My grandfather owned his own auto shop in a small, southwestern Minnesota town. He didn’t have all the fancy stuff they have today – like the computer diagnostics and other electronic tools – but he made a living from it and was able to feed five kids in the process.
One phrase that he drilled into my mother (and was subsequently passed down to me) is the often quoted, “an ounce of prevention is worth a pound of cure.” And, this is true when it comes to car maintenance too. Taking care of your car before it falls into disrepair is the key to having a vehicle running well and will help you avoid the large repair bills down the road.
Read the Manual
The key to proper car maintenance always starts in knowing your vehicle well. Most of us don’t do this – but becoming familiar with your car manual will give you an idea of the recommended maintenance routines you should be performing on your car to extend its life and keep it running in peak condition. I suppose you could bring your manual to bed a few nights to familiarize yourself with what needs to be done this week – and it’ll probably help you fall asleep faster too.
Once you’re familiar with your owner’s manual, you should have a good feel for what to focus on in your routine checks.
Routine Checks You Can Perform
A good starting point is your tires. Making sure the tire pressure is consistent all around the vehicle is key to getting better gas mileage and even wear on your tires. Your manual will give you the proper pressure to set your tires at. Be sure to regularly balance and rotate your tires too.
Another common area to check on your vehicle is the oil. Pull out the dip-stick to check the color of your oil. If the oil is dark or muddy, it’s time to get an oil change. You should also have the ability to check the oil level. If it is below the line, you may want to throw in some more oil. It could also mean your car is burning oil – which is never a good sign.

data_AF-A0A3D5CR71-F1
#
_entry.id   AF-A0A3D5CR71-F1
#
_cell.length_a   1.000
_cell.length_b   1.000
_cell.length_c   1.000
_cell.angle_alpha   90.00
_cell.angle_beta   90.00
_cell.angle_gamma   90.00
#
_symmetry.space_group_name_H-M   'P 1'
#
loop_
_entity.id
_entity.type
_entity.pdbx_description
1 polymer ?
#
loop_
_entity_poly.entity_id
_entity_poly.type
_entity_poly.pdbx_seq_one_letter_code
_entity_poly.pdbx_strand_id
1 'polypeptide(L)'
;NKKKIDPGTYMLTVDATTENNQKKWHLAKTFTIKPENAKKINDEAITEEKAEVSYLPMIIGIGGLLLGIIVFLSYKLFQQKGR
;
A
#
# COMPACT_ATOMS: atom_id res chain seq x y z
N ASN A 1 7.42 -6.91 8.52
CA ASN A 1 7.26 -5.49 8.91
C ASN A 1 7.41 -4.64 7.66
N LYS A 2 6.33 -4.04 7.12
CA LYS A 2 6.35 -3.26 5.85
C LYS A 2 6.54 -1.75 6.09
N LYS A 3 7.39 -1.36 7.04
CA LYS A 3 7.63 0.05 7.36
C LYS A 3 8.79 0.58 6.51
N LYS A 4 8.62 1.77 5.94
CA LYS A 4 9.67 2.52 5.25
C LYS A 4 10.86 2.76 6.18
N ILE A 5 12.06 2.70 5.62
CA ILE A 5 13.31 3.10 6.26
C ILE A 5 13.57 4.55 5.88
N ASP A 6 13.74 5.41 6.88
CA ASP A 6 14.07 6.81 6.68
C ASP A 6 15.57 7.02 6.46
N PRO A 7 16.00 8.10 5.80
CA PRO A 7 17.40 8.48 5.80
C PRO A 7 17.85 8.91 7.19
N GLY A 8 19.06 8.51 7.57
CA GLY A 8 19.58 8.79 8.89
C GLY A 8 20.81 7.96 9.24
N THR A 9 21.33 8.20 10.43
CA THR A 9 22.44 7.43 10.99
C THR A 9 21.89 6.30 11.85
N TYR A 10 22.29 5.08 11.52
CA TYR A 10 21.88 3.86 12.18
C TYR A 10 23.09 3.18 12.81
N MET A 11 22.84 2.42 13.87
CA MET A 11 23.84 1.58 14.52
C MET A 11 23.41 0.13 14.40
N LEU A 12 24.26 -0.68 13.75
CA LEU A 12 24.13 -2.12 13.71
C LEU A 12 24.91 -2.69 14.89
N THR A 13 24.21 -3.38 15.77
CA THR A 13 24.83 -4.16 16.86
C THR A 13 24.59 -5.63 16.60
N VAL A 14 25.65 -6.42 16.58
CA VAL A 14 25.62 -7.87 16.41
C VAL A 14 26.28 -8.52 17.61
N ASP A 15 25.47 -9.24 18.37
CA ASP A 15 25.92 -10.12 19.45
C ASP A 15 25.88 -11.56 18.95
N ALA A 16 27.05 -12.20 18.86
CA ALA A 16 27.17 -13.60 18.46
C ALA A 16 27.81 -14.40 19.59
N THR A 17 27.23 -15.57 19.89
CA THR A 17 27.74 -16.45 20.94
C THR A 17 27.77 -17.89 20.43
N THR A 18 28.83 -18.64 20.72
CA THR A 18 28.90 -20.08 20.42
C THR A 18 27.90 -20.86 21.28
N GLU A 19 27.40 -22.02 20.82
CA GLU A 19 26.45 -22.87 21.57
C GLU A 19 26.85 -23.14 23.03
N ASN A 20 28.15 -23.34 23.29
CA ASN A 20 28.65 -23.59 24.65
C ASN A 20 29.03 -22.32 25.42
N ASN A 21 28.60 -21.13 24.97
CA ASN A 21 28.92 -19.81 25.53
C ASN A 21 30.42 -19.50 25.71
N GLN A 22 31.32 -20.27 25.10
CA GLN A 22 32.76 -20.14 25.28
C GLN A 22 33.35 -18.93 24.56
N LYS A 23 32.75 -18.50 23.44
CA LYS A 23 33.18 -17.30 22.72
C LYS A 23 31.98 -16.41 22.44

Changing oil isn’t as tough as you might think – and is something you can do yourself. You’ll just need a place to dispose of the old oil when done. A common misconception is that your oil needs to be changed every 3,500 miles. This isn’t always necessary as most newer cars today can go twice that amount between changes.
Some other fluids under the hood that you can check yourself will be the brake, anti-freeze and windshield wiper fluids.
Your car will give you a pretty good indication when it’s time to get new brakes. A couple of signs will be the vehicle pulling to one side when you apply your brakes and/or any squealing or vibrations during braking. Brakes are not something you want to mess around with – so be sure and get into the shop when you experience any of these signs.
An easy maintenance check is to verify your lights are working. Get your spouse or friend to help you with this one. Apply the brakes while the car is stationary to check if your brake lights are working. Have your friend/spouse stand behind the vehicle and then move to the front after you apply the brakes again. You’ll also want to see if your head and tail lights are functioning. If no one is around, sometimes I’ll flash my lights on and off against a flat surface (like the garage door) to check that all the lights are working.
These are simple tasks that you can perform on your car. Are there any other maintenance items you check for on your car? Leave a comment below!